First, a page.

In the movie Deja Vu, Denzel Washington’s character asks a young woman:

“What if you had to tell someone the most important thing in the world, but you knew they’d never believe you?”


Ladies and gentlemen, this is one of those occasions.

Many public school educators and policy makers have convinced themselves that they are powerless to do anything about the failure of these children until society addresses poverty and segregation.

If you are reading these words, please believe me when I tell you that you are not powerless! These children are capable of learning if we place them in an environment that takes into consideration any academic preparedness disadvantages they bring with them on their first day of school.

If we make the effort to discover what they know and help them begin building on that foundation, one success at a time, it is only a matter of our patient time and attention until a motivation to learn takes root. From that point on, with the help of caring teachers and parents working together, there will be no stopping them.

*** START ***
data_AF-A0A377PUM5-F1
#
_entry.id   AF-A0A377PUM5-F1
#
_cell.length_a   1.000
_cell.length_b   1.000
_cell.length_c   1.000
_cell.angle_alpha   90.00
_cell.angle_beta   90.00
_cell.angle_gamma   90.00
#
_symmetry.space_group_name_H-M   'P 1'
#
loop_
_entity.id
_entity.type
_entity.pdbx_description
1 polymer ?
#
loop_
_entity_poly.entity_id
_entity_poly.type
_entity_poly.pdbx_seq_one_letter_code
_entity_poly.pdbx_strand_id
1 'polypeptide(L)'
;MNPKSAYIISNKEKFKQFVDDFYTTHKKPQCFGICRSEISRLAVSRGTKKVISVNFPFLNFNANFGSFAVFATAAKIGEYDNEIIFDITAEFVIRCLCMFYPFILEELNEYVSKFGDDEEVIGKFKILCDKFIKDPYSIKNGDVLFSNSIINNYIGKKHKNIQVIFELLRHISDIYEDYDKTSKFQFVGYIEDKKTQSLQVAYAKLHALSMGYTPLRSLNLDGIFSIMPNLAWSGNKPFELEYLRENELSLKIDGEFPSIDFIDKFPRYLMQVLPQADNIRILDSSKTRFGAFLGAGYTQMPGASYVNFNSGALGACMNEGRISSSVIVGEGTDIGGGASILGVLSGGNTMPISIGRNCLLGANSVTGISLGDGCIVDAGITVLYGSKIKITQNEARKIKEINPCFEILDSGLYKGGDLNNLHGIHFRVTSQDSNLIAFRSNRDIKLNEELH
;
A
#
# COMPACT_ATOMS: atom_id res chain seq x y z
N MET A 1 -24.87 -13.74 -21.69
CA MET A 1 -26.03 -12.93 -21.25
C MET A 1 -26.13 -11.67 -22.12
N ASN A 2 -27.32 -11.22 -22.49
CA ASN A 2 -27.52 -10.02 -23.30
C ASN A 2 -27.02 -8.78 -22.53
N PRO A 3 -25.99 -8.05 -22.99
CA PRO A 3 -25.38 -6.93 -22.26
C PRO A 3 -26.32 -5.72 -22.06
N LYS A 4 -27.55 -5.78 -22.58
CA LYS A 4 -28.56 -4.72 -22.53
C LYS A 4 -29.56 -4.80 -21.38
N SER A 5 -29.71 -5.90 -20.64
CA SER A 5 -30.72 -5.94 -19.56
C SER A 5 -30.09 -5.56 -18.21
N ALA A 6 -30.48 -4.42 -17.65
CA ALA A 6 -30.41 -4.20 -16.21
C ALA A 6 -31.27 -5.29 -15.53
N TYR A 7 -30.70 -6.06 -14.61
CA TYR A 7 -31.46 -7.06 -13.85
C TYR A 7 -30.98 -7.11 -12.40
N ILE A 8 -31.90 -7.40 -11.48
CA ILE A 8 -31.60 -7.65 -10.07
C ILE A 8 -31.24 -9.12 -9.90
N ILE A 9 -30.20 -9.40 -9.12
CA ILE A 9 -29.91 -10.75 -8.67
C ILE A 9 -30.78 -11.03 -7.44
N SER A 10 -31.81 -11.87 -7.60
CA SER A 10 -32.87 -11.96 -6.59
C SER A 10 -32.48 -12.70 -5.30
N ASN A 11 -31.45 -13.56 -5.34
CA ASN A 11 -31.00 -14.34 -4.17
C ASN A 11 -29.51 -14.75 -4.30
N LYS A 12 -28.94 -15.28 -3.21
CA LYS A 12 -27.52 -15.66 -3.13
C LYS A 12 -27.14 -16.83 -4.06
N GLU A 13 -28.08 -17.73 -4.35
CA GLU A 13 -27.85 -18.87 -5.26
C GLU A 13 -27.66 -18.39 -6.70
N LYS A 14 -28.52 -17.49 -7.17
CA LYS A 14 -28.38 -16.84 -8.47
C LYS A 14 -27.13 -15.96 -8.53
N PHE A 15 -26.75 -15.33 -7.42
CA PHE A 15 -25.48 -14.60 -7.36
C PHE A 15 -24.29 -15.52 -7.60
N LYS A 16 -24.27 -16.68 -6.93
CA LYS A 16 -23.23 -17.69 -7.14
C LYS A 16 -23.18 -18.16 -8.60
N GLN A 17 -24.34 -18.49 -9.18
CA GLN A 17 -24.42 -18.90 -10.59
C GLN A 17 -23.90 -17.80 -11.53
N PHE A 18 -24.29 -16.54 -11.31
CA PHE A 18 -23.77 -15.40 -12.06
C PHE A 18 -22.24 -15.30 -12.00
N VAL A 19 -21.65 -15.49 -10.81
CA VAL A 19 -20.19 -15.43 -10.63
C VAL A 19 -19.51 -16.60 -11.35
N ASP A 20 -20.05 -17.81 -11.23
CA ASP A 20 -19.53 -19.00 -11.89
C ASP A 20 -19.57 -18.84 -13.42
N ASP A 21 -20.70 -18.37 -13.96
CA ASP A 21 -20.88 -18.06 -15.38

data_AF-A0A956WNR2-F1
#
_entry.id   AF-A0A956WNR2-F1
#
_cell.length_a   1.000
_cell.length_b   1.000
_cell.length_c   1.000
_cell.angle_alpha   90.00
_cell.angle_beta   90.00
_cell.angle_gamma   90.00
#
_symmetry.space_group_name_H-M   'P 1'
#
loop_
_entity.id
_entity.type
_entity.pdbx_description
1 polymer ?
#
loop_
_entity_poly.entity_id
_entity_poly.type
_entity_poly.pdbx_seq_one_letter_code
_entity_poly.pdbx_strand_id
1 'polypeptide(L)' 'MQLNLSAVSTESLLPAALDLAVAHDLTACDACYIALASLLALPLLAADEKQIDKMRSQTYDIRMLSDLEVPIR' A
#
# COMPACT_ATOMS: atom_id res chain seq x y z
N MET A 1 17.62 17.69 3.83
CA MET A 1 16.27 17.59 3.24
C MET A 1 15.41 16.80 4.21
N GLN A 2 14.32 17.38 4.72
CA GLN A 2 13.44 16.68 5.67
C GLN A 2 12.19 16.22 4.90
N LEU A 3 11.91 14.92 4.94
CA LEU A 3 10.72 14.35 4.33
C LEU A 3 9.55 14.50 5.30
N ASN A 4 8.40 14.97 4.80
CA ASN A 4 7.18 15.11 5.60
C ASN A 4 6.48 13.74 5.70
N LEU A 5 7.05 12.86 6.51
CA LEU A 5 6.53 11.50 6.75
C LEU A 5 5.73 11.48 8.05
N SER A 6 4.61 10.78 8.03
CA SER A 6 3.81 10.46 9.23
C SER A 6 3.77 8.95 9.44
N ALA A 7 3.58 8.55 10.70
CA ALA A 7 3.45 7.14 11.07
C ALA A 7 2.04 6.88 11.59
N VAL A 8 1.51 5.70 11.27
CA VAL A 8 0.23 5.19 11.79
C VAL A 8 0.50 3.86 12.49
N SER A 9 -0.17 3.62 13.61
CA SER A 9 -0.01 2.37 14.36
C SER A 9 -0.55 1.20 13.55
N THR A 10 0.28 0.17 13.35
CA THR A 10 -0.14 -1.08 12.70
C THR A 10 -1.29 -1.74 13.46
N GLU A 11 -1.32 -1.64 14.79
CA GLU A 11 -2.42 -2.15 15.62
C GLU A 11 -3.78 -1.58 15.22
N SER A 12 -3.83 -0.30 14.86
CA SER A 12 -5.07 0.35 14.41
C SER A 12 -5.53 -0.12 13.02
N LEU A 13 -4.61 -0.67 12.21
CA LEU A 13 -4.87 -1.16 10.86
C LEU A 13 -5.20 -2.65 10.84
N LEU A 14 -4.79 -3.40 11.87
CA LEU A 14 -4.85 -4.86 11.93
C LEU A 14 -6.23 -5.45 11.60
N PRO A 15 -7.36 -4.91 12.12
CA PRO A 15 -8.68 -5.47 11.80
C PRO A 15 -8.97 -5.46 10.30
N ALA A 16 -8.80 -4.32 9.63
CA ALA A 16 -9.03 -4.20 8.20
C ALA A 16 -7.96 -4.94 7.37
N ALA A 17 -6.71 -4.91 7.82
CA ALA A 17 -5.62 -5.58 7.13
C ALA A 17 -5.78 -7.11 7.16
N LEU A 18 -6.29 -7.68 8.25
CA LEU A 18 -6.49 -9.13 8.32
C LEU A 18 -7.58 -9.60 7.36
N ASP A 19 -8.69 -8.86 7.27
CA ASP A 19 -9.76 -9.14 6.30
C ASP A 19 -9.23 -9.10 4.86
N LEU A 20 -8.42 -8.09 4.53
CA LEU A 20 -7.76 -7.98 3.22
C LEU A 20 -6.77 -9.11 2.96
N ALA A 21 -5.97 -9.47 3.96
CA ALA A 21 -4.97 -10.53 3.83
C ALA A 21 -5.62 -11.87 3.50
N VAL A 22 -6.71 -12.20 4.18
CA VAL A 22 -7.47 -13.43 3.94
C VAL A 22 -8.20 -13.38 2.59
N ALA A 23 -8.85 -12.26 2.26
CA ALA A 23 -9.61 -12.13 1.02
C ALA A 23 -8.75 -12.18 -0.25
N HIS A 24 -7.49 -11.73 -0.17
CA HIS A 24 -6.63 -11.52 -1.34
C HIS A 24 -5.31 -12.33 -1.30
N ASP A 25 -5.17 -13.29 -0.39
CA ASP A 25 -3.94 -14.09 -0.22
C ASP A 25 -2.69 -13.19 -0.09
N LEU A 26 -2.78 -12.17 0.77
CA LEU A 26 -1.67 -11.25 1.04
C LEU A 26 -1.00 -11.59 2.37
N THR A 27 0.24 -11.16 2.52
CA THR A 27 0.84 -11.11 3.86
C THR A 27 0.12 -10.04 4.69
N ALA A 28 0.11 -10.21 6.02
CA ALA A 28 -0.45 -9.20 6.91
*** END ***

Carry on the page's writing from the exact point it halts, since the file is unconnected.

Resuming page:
Imagine a future in which every child who graduates from high school has the knowledge, skills, confidence, and determination to create a positive future for themselves and their families.

It takes thirteen years to help a child progress from Kindergarten to the moment they walk off a stage with a diploma that is more than just a meaningless piece of paper, so we must start now! We cannot afford to squander another day, let alone waste another child.